Seek a high return, within reason
I repeat: within reason. It depends on how much risk you can tolerate. My own goal for a return is about 6 percent a year on average. Assuming Uncle Sam doesn’t mess things up, I think that’s doable. I’m a believer in riding out the bad times, so I tend to invest a bit on the aggressive side, but I’ll admit I have moments where I want to sell out and protect myself from a big market correction. The problem is I can’t know when a market correction is underway until it’s underway, and I can’t know when things will turn up again until they do. So it’s kind of all or nothing. Either your market-time or you ride things out. You must choose for yourself. But let’s assume you choose to ride things out. Contrary to what some retirement planners advise, don’t ramp down your risk exposure too much as you approach your target retirement date. Remember, your nest egg has to last for decades during retirement. You want to keep it growing, if possible. Take as much risk as you can bear, no more, no less. If in doubt, play it safe and err on the side of too little risk, knowing that you may be denying yourself some modicum of wealth. That’s better than the alternative. In any scenario, do not exchange your assets for a lifetime annuity (guaranteed monthly income). It’s attractive from a security standpoint, but it’s a bad idea because you are turning your property over to a financial institution, and no matter how appealing that institutions ‘guarantees,’ it could go out of business, or the government could change the rules of the game, and you’ll be left empty-handed. Always keep your money under your control.
Prefer a passive approach
The two basic ways to seek a high return are active investing and passive investing. Active is too risky for most people, because there’s no guarantee anyone can beat the market, even the smartest fund manager. Most fund managers and financial experts don’t beat the market. While virtually all actively managed funds fail to beat the market, index funds are the market. They just buy a piece of everything and sit back. The passive approach basically says: ‘I am not smarter than the market, but maybe I can be as smart as the market.’ The logical corollaries of this statement are: diversify, buy and hold, and keep costs down. My advice is pick four or five mutual funds (or exchange-traded funds) that track broad market indexes and which have strong performance records and rock-bottom fees. (ETFs are baskets of securities that trade on exchanges just like stocks; their fees tend to be lower than mutual funds’, but they can only be purchased through brokers, who charge a commission on each trade.) Prefer funds with a broad focus. The narrower the focus, the higher the volatility and potential risk. And of course: Past results do not guarantee future performance.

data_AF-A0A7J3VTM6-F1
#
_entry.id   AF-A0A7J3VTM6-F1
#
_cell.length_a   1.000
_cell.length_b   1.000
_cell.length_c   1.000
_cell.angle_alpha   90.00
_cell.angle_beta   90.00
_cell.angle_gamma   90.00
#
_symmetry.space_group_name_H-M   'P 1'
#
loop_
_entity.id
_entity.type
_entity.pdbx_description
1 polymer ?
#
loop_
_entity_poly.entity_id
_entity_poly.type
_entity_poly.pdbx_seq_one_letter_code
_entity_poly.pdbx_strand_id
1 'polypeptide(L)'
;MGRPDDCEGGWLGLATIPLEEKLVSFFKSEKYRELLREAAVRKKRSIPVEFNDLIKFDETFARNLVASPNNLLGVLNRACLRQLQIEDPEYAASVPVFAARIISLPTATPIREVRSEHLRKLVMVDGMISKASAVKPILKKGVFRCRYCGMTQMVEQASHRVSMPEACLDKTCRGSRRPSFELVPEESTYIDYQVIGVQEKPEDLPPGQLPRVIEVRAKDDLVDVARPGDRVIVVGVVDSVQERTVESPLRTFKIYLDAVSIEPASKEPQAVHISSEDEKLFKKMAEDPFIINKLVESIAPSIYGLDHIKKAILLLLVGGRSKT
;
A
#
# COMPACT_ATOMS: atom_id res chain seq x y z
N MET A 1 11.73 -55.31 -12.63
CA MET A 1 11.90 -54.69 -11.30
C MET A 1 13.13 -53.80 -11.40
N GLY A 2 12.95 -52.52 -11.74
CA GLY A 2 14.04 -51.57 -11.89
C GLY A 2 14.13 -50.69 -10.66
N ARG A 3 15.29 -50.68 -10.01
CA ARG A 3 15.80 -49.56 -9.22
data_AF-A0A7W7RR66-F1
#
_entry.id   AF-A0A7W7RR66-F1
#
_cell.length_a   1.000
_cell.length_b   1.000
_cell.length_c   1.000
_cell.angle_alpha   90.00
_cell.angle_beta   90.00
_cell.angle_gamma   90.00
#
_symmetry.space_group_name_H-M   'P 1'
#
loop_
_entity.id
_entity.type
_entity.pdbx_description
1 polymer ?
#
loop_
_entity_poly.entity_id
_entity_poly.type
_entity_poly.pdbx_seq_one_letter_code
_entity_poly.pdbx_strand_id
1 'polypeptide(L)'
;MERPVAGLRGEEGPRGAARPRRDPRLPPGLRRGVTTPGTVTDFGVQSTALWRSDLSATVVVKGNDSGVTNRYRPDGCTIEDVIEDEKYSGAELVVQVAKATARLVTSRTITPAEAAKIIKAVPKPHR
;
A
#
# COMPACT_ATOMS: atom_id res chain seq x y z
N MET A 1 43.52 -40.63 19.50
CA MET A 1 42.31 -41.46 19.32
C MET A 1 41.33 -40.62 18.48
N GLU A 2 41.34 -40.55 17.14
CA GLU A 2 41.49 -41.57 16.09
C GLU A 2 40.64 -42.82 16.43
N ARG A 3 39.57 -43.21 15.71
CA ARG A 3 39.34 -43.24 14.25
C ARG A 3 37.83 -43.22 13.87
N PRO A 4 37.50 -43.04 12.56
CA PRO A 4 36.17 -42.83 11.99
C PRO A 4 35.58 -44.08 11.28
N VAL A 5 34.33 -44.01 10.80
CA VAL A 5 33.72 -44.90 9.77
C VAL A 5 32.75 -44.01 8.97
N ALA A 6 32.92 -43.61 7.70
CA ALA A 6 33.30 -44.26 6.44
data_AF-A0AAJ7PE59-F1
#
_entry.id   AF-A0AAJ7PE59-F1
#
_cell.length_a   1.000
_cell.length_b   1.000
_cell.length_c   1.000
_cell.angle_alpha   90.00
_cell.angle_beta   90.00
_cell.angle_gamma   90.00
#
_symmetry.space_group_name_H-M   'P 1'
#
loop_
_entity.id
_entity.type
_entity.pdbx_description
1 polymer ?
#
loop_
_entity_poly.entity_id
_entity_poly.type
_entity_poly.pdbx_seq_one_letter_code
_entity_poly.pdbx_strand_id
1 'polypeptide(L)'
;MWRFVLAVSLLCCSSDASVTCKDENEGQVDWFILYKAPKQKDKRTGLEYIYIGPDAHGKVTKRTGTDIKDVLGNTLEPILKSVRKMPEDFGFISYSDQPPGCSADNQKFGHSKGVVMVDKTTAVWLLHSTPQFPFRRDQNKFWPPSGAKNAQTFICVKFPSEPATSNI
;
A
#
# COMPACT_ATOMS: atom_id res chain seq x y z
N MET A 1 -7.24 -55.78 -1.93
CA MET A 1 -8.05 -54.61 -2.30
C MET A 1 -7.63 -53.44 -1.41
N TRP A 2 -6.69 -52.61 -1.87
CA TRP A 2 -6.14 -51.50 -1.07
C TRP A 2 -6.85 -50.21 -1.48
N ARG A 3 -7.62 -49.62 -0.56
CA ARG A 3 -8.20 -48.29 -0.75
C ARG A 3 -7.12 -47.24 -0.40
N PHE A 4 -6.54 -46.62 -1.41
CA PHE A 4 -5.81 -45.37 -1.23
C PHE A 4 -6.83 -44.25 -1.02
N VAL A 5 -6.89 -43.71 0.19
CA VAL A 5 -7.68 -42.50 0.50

Diversify across investment types (U.S. stocks, U.S. bonds, international stocks, international bonds, alternatives, cash). Diversify across all stock types (large cap, mid cap, small cap). Diversify across geography (U.S., emerging markets, developed markets). Diversify across all sectors of the economy (industrials, consumer defensives, tech, health care, materials, communications, utilities, consumer cyclicals, financials, energy). Intimidated? Start out by investing in a broad mutual fund that follows the entire U.S. stock market, like Vanguard’s VTSAX. Then, when you’re ready, diversify by adding mutual funds that track U.S. bonds and international stocks and bonds. You shouldn’t need more than three to five good funds. There are hundreds of index funds to choose from. Morningstar.com is a great source of information to help you compare your options. I use PersonalCapital.com to analyze my portfolio and help make sure it’s well diversified and so I know when to rebalance (see below).
Buy and hold
Be patient. Don’t churn or day-trade. Don’t sweat the temporary downturns, even the big ones. Of course, we all feel a powerful urge to sell during a crash. Assuming you have time enough to recover, resist that urge. By the time you’re sure it’s a crash, it’s already too late, and all you’ll be doing is foolishly ‘buying high and selling low.’ Your best hope is to ride it out. But wait a minute. Doesn’t ‘Buy low, sell high’ mean that you should take advantage of downturns to snap up bargains? Yes! Go ahead, snap them up. But don’t overdo it. And mentally be prepared to lose all of whatever you spend that way. In the end, ‘buying low, selling high’ is really a species of gambling. Gambling is fun, especially when you win. But gambling is not investing. So while I use the expression, ‘Buy low, sell high,’ what I really mean is: ‘Buy and hold something that seems virtually certain to gain in value over a long period of time.’ Such as, for example, a passively managed index mutual fund.
Keep costs down